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Hero

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All-Reviews.com Movie Review: Hero

Starring: Jet Li, Tony Leung Chiu Wai
Director: Yimou Zhang
Rated: PG-13
RunTime: 96 Minutes
Release Date: August 2004
Genres: Action, Martial-Arts, Foreign


*Also starring: Maggie Cheung, Donnie Yen, Zhang Ziyi, Chen Dao Ming



Review by Steve Rhodes
3½ stars out of 4

HERO cries out for an easy one-word review of "Wow!" Nominated for the 2003 Academy Award for the Best Foreign Language Film, the breathtaking HERO (YING XIONG) is directed brilliantly by Yimou Zhang, who also did TO LIVE, one of my personal favorites. The obvious comparison is between this film and CROUCHING TIGER, HIDDEN DRAGON (the winner of 2001's Foreign Language Oscar), but HERO is superior on every level. Hero is also better than NOWHERE IN AFRICA, which won the Oscar in 2003.

Set two thousand years ago, the plot involves a nameless warrior, sometimes addressed as Master Nameless, who becomes a hero. The king of Qin (Daoming Chen), one of seven warring regions of what is today known as China, has trouble sleeping at night since his rivals in the other areas want him dead. Nameless, played with stone-cold precision by Jet Li, kills all of the assassins who are out to kill the king. There are, however, other interpretations of the events.

However they are interpreted, the movie's fighting episodes are absolutely stunning, with each trying for masterpiece status. Of the many good ones, my favorite is a battle between two female warriors. As they swirl around above the ground in a carefully choreographed ballet of a battle, their swords create a storm among the autumn leaves. With the fighters' blood red gowns flapping in the breeze, the golden leaves serve as a picturesque backdrop. Another fight between two males is an interior sequence with big bellowing curtains of bright turquoise. Yet another is set just slightly above the waters of a placid mountain lake. The warriors drop down briefly to dip the tips of their large swords into the water as if they are coating them with a secret poison. Finally, the movie argues effectively that learning the art of calligraphy is a prerequisite to becoming a great swordfighter.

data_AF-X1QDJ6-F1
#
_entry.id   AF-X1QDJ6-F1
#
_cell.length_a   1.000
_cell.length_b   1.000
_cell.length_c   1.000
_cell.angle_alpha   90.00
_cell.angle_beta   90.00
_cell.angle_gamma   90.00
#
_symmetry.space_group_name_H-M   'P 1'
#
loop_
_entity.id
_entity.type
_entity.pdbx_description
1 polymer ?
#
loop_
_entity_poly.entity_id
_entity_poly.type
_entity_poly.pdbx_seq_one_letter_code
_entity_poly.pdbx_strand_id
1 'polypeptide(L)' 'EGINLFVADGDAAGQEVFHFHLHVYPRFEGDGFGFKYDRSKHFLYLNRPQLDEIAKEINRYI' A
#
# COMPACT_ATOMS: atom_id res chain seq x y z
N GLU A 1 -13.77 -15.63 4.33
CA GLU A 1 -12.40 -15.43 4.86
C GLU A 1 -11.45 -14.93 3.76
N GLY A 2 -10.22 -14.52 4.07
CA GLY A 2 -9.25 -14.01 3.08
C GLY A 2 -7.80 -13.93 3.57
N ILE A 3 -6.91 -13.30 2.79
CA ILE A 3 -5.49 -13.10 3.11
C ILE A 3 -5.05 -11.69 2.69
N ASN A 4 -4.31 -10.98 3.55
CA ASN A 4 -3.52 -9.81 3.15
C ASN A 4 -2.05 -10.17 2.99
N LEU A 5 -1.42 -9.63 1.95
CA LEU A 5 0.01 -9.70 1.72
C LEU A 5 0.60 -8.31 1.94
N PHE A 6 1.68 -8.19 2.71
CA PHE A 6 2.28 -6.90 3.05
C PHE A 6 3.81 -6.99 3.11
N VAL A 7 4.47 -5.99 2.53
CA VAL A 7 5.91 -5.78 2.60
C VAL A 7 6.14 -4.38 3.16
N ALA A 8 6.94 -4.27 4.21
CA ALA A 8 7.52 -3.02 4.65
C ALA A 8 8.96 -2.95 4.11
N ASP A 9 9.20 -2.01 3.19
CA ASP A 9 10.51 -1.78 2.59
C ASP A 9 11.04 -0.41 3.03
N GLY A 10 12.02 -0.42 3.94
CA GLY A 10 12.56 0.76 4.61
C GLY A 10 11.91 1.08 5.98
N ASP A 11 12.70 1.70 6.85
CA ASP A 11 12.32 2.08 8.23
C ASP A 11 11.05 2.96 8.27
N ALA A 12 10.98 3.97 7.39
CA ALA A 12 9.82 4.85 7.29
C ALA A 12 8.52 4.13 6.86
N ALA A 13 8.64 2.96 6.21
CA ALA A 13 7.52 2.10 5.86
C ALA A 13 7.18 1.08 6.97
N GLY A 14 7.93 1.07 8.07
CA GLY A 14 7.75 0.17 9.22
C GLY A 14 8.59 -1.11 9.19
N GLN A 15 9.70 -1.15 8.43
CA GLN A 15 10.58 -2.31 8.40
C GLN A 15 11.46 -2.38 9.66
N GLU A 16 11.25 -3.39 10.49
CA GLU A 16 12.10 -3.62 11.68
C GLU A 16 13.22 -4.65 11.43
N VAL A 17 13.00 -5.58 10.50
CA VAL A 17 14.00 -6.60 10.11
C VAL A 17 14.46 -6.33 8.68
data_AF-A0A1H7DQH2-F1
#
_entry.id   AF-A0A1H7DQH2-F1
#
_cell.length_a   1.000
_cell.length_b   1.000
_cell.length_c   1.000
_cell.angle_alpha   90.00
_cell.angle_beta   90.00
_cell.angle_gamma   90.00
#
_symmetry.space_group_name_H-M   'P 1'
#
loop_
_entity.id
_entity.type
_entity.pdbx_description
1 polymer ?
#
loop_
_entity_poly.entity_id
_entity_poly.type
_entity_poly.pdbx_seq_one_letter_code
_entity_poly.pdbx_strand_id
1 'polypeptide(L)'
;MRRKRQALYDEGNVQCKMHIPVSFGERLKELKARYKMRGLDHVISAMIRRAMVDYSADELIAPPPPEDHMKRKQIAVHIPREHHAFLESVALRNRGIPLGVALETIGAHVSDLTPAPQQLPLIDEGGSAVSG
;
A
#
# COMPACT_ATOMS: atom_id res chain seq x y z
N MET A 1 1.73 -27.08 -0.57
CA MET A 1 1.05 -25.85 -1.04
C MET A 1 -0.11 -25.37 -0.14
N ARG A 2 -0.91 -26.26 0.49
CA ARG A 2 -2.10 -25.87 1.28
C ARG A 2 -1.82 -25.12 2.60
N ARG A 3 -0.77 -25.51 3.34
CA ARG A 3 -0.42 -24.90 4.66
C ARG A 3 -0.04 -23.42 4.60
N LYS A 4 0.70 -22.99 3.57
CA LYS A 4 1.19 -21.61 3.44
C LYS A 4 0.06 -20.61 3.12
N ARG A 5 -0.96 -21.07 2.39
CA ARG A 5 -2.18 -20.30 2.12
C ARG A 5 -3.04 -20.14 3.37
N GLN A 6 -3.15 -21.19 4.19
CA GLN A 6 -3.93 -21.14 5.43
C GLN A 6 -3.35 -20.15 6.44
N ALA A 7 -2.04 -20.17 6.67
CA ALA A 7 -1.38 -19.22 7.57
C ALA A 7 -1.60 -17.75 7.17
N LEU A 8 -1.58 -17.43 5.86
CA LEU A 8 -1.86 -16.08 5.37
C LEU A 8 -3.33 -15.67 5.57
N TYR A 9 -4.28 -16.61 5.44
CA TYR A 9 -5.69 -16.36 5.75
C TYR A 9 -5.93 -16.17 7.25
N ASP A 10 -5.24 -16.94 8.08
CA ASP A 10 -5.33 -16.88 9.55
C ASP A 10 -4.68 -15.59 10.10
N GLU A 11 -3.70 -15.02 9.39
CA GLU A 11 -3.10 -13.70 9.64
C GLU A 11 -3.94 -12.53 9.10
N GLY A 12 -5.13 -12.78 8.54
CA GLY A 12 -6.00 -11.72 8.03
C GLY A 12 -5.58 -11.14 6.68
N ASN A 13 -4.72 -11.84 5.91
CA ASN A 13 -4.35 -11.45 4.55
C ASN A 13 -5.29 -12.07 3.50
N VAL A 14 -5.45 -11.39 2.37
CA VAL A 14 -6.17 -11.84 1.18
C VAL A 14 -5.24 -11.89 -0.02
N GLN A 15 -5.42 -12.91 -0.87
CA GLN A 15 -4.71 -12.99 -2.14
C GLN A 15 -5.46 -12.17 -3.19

Like an opera in visuals and music, the movie also shares some of the silliness of an opera's plot. In addition to the aforementioned, Mr. Nameless, the other characters are called Broken Sword (Tony Leung), Snow (Maggie Cheung), Moon (Zhang Ziyi) and Sky (Donnie Yen). Although there are plenty of special effects in the film, it appears to be a cast of thousands of extras rather than a cast of thousands of CGI characters, but who knows. What is sure is that this is a film that will take your breath away.

HERO runs 1:36. It is rated PG-13 for "stylized martial arts violence and a scene of sensuality" and would be acceptable for kids around 10 and up.

Copyright 2004 Steve Rhodes

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